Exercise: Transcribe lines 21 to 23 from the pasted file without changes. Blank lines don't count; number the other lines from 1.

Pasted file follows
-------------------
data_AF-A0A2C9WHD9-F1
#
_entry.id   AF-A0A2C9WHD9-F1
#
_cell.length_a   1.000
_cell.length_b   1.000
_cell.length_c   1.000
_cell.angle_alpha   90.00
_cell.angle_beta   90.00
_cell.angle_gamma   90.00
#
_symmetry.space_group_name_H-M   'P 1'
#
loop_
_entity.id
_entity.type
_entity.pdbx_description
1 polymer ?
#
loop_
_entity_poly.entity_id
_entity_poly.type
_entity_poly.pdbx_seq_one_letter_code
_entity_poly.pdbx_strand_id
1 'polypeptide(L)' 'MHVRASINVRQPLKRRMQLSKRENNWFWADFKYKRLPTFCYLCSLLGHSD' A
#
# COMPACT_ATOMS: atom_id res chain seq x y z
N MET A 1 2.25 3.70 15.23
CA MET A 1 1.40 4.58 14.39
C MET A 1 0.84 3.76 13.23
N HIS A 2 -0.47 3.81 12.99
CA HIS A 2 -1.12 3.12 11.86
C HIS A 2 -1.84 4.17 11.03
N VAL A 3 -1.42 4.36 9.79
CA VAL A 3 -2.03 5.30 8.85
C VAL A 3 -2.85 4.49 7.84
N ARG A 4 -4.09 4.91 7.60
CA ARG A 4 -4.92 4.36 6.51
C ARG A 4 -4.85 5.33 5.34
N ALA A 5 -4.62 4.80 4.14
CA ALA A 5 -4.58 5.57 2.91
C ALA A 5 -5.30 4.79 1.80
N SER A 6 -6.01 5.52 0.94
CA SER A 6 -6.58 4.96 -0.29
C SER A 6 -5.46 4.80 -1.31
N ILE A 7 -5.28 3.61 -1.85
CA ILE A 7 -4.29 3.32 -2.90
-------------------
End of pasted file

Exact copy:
_entity_poly.entity_id
_entity_poly.type
_entity_poly.pdbx_seq_one_letter_code